Loch Leven Fishing Report – week ending 22nd July 2012

Some very good rises of fish have been seen this past week on Loch Leven, mainly during the evenings.  On Saturday evening, there were a large number of fish feeding over a huge area between the Cavelstone Strip and the Reed Bower (and beyond).  A strong south westerly wind on Sunday evening put paid to surface activity but, when the wind allowed, fish were coming to the surface and caught.

Fish have been rising to Muddlers pulled across the surface but the more subtle Snatchers and imitative patterns, usually fished behind a Muddler, have often been catching fish.  Some very nice specimens have been caught this past week but nothing above the 4 lbs mark as far as we are aware.  Small trout have definitely been making their presence known, often in very large numbers, which is nice to see as it is very encouraging for the future.  The fish are without exception in really good condition and ‘fight like fury’ when you are lucky enough to hook one.

Depending very much on the wind direction, the best areas have been from the Factor’s Pier along to Green Isle, Point of St Serfs, Cavelstone Strip out to Reed Bower and the Willows at the east end of St Serfs.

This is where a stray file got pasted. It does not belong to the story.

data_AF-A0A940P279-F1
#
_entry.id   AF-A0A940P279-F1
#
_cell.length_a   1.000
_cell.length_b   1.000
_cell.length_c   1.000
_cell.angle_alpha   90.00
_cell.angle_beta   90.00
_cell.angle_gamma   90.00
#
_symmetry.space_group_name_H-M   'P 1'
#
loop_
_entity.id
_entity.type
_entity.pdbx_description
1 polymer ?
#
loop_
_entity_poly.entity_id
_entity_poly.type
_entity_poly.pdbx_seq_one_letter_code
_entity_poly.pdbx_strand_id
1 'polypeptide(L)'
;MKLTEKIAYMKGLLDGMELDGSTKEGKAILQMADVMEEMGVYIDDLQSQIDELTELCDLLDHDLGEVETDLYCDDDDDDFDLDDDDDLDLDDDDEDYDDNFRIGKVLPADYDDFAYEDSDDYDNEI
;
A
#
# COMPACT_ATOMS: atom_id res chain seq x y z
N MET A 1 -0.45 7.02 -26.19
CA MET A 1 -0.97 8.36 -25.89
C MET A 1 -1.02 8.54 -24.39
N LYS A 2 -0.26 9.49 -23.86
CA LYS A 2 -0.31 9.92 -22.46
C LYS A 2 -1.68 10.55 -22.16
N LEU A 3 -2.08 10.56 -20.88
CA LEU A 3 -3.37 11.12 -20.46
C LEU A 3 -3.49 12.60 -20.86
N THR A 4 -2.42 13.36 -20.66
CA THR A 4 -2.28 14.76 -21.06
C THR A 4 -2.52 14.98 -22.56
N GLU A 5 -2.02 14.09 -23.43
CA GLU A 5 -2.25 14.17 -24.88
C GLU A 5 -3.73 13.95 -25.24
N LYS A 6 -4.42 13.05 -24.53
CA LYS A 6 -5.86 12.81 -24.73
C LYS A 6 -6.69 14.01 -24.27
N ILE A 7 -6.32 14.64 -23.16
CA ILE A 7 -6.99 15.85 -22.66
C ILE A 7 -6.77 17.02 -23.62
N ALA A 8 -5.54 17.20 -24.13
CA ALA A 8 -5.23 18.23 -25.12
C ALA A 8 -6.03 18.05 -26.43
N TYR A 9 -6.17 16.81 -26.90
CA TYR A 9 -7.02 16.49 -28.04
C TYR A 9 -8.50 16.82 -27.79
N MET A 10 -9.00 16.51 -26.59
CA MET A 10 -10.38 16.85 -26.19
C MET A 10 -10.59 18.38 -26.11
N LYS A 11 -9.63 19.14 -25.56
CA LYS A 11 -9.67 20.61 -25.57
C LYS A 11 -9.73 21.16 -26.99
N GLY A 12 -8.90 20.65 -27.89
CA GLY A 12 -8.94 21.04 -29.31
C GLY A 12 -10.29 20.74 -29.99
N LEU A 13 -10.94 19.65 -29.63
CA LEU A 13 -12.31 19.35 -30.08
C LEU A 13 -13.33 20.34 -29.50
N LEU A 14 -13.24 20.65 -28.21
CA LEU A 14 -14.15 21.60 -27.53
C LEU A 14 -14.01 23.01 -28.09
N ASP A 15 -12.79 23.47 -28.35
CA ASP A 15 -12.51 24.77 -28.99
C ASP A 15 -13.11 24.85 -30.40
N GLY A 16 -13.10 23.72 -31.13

Water conditions have been affected by the recent very considerable rainfall and the water level of the loch rose by some 3” – 4” over the last week despite the sluice gates being open which is most unusual for July.  Despite the turbidity caused by the burns in spate, water clarity is holding at around 2 metres and the temperature has edged up to 17.50C.  Although large amounts of rainfall may or may not be good for the loch in the short term, the higher ‘flushing rate’ at a time when there are background algae in the water column will be doing no harm at all for its longer term health.

We are now starting to see a few larger fish crashing through the shoals of fry.  These fish are generally hard to catch but nevertheless they are very exciting if you are amongst them!

Both pulling and buzzer methods are working when conditions are suitable.  Quiet conditions usually suit buzzer methods but, when the wind blows, pulling methods using various line densities will work.

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